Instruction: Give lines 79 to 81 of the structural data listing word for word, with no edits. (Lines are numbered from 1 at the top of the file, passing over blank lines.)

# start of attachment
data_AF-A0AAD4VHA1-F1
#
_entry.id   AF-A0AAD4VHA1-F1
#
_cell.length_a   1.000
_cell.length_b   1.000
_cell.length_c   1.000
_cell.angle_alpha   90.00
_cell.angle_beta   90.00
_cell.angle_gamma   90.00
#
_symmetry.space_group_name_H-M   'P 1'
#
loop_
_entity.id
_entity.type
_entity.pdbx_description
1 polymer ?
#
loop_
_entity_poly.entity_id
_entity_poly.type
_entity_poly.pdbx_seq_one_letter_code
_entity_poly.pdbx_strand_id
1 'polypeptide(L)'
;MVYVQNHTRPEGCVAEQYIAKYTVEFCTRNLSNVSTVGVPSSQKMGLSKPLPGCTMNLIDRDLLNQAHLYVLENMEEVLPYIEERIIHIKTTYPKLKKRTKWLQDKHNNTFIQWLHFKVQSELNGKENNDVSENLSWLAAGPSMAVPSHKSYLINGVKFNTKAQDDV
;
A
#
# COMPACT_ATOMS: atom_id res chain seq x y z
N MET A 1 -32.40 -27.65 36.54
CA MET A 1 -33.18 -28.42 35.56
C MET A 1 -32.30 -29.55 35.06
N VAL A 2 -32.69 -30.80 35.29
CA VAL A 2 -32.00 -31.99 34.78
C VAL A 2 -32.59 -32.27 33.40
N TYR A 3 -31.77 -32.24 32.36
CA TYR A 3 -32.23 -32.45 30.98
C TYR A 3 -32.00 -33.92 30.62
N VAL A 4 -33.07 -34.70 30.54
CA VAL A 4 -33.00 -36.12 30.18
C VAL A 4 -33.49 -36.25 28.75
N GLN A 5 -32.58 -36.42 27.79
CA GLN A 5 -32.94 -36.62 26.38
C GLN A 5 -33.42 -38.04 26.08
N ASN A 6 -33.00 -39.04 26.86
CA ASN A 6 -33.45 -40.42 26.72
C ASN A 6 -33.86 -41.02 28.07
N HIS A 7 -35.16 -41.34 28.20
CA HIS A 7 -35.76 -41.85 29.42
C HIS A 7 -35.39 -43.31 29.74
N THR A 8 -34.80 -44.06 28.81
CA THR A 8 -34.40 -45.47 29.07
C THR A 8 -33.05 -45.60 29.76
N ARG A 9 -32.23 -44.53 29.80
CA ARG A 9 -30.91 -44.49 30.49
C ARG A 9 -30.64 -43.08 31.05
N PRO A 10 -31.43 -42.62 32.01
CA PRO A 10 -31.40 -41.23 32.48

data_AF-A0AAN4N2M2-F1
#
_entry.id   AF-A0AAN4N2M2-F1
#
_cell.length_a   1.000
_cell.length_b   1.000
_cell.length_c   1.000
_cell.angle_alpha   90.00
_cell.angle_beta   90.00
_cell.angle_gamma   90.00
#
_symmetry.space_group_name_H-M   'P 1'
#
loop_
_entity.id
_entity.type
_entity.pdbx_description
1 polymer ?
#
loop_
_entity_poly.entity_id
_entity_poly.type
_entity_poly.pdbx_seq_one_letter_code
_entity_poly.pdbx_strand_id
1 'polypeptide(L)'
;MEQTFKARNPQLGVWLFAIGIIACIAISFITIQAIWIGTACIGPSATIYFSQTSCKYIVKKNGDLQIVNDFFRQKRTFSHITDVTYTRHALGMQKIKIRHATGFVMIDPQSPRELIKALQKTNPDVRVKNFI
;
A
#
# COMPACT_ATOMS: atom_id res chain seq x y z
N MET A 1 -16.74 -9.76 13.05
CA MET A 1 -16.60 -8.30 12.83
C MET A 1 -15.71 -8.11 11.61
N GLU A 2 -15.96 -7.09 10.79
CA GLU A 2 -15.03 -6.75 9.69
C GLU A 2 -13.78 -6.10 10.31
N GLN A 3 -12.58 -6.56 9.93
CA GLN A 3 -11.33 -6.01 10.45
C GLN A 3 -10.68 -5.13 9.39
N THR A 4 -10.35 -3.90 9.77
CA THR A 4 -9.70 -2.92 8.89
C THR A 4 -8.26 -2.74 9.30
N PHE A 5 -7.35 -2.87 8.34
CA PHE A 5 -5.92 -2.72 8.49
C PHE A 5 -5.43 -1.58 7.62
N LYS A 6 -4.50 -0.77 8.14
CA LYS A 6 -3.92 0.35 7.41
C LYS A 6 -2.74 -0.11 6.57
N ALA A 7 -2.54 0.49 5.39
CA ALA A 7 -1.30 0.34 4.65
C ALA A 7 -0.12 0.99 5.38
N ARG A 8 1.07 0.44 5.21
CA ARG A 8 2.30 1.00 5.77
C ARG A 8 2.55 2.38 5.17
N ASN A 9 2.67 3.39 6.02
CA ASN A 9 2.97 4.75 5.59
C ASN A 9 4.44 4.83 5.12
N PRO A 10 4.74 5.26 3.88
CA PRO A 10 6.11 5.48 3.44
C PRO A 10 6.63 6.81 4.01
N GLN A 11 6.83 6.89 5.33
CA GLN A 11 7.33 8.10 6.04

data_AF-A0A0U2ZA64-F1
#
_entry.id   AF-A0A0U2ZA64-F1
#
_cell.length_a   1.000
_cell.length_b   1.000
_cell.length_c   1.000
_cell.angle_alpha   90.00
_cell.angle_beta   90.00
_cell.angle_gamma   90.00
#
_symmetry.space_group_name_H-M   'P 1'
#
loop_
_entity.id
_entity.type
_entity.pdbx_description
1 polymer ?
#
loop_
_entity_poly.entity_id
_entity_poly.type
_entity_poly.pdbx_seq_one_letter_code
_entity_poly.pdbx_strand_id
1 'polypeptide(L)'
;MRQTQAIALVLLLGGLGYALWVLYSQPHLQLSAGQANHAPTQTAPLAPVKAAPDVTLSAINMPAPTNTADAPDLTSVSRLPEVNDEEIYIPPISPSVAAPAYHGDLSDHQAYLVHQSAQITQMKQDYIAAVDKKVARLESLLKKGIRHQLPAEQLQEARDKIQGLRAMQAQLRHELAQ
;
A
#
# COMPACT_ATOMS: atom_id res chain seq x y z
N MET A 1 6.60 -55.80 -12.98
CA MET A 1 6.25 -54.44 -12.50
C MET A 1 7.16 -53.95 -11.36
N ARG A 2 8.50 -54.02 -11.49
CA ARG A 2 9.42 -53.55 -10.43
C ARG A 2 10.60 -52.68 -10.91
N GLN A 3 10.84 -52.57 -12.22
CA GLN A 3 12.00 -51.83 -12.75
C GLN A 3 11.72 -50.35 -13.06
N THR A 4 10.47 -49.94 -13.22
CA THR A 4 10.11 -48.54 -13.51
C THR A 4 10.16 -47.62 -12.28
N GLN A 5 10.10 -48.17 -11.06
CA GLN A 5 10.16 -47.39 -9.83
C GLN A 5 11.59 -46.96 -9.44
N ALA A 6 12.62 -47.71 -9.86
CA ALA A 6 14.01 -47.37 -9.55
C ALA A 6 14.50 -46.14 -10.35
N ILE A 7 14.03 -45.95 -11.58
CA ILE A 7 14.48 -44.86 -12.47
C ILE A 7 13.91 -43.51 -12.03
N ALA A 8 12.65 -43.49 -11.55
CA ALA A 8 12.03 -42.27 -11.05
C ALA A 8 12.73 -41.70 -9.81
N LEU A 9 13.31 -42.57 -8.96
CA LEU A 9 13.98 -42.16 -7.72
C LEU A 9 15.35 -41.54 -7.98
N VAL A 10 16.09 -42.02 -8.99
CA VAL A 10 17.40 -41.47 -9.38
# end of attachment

loop_
_entity_poly.entity_id
_entity_poly.type